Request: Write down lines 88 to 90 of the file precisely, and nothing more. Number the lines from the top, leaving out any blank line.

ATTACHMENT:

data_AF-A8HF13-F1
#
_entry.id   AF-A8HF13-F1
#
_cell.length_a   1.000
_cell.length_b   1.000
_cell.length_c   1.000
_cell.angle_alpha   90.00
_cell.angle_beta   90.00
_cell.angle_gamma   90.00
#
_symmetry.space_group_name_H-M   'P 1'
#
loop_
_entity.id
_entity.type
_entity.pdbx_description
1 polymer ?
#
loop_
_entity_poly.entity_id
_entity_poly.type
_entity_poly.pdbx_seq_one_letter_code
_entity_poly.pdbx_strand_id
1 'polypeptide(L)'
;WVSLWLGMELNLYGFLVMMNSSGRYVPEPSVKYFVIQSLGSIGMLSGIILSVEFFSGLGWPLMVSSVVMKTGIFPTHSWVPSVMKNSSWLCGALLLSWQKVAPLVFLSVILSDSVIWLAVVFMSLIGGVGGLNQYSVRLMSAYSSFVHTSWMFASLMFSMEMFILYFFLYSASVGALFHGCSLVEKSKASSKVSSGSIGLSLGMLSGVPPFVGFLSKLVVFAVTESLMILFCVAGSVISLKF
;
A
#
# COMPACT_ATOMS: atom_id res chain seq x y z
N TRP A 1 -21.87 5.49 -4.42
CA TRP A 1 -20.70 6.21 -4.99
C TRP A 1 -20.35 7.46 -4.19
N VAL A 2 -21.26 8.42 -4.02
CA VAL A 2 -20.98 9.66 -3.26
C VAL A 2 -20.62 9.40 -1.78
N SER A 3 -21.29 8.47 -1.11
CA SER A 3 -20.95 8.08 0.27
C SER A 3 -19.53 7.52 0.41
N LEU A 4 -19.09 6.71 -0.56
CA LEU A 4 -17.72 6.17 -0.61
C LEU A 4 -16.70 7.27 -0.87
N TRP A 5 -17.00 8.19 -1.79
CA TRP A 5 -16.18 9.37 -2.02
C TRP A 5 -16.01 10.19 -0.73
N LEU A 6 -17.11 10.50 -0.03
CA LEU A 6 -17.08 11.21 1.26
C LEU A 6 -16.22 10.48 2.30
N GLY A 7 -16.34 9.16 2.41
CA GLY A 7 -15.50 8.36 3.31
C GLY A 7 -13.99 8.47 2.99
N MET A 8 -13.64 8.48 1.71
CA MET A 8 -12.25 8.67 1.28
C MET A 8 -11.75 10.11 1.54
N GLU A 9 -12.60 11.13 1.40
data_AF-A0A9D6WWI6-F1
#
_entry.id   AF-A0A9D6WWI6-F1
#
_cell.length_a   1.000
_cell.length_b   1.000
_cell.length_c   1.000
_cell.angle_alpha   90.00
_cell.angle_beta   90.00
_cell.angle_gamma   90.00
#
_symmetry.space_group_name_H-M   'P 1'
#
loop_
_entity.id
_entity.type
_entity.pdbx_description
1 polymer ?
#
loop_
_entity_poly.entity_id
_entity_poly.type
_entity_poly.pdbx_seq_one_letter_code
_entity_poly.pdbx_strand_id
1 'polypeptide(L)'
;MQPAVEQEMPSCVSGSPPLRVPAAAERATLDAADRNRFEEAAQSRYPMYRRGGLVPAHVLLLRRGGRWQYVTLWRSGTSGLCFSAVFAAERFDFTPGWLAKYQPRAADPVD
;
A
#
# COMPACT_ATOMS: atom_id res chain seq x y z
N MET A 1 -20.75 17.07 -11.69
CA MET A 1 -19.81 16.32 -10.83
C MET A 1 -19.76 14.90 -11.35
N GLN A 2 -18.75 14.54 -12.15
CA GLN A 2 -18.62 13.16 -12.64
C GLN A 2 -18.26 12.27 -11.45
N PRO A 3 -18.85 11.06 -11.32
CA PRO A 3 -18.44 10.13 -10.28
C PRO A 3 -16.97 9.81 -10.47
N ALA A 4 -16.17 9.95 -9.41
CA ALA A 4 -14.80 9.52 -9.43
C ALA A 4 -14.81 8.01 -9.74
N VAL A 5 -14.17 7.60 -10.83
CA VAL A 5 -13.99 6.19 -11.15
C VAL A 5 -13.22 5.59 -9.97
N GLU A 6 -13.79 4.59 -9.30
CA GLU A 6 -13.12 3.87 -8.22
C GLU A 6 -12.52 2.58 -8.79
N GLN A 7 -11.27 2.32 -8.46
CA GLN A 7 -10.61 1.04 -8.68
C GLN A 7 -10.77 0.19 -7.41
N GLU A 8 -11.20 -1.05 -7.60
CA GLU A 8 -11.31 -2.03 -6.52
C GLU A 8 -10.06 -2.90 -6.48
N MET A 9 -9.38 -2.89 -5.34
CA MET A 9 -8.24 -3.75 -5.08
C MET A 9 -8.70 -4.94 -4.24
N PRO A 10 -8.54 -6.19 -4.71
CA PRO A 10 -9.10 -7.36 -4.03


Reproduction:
C MET A 1 -19.76 14.90 -11.35
N GLN A 2 -18.75 14.54 -12.15
CA GLN A 2 -18.62 13.16 -12.64